Studies of persons in severe chronic pain, and studies of the interaction between supervening states of pain, cognition, and memory demonstrate reliably that pain impairs cognition, memory, and mood. Predator threat through suffocation or near-drowning is similarly problematic. Oxygen restriction reliably draws activations away from brain regions concerned with higher cognitive function and memory in favor of brainstem regions concerned with reflexive responses supporting immediate survival — militating against detailed recall.
Chronic and severe stress compromises integrated psychological functioning, impairing recall, and facilitating the incorporation of leading questions, even if captive and interrogator both might not know this subtle process of incorporation has occurred. Chronic and extreme stress causes loss of tissue in the brain regions involved in memory (the hippocampal formation), and decreases activity in brain regions concerned with intention, planning, and the general regulation of complex behavior (the frontal lobes). Finally, it causes increases in the activity of brain regions concerned with fear and threat-related information (a core problem in post-traumatic stress disorder and generalized anxiety disorder). These changes by any reasonable standard constitute a form of organ failure.
And what of the torturers themselves? Because these events have happened in a democracy, there is no secret society of fellow torturers from whom to draw succor, social support, and reward. Sustaining physical and emotional assaults upon the defenseless and eliciting worthless confessions and dubious intelligence is a degrading, humiliating, and pointless experience. The torturers too become broken, and their fate is the bottle, pills, or worse.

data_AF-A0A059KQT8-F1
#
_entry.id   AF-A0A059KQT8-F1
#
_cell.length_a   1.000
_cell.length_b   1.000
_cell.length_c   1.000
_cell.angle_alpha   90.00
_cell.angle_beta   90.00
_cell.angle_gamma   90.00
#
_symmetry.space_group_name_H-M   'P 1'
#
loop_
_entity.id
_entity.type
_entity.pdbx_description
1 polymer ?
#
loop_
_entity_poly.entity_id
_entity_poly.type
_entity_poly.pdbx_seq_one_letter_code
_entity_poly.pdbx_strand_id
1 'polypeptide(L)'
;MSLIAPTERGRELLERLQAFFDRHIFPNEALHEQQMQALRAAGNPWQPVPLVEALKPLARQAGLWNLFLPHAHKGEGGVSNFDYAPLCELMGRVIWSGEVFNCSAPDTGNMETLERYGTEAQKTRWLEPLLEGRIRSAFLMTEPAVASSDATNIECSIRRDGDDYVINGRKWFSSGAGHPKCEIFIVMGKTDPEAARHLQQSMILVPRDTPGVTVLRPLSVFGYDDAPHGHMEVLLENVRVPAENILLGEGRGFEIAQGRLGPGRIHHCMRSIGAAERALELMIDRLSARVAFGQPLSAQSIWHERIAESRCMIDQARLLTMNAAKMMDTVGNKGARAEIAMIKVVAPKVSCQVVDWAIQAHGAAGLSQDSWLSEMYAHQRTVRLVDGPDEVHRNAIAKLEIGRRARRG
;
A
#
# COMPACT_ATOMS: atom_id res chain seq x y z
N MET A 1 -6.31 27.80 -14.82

Torture fails interrogation because torture is an assault on our core integrated, social, psychological, and neural functioning. Given what we know of the brain, memory, and cognition, it is little surprise that the yield from torture is so paltry. Torture corrupts and corrodes everyone and everything it touches: the guilty and the innocent, the perpetrators and the legal system. Experienced interrogators uniformly repudiate torture as a theory and as a practice, knowing that ethical and humane interrogations based on fostering respect yield usable, verifiable, and actionable intelligence.
The APA report is just the latest reminder of how willfully we can forget what we already know. However, it is also sign of our capacity to look at ourselves, and learn, however haltingly, from our mistakes.
Shane O’Mara is professor of experimental brain research at Trinity College, Dublin, and is a Wellcome Trust Senior Investigator. He is author of the forthcoming book Why Torture Doesn’t Work: The Neuroscience of Interrogation (Harvard University Press, November).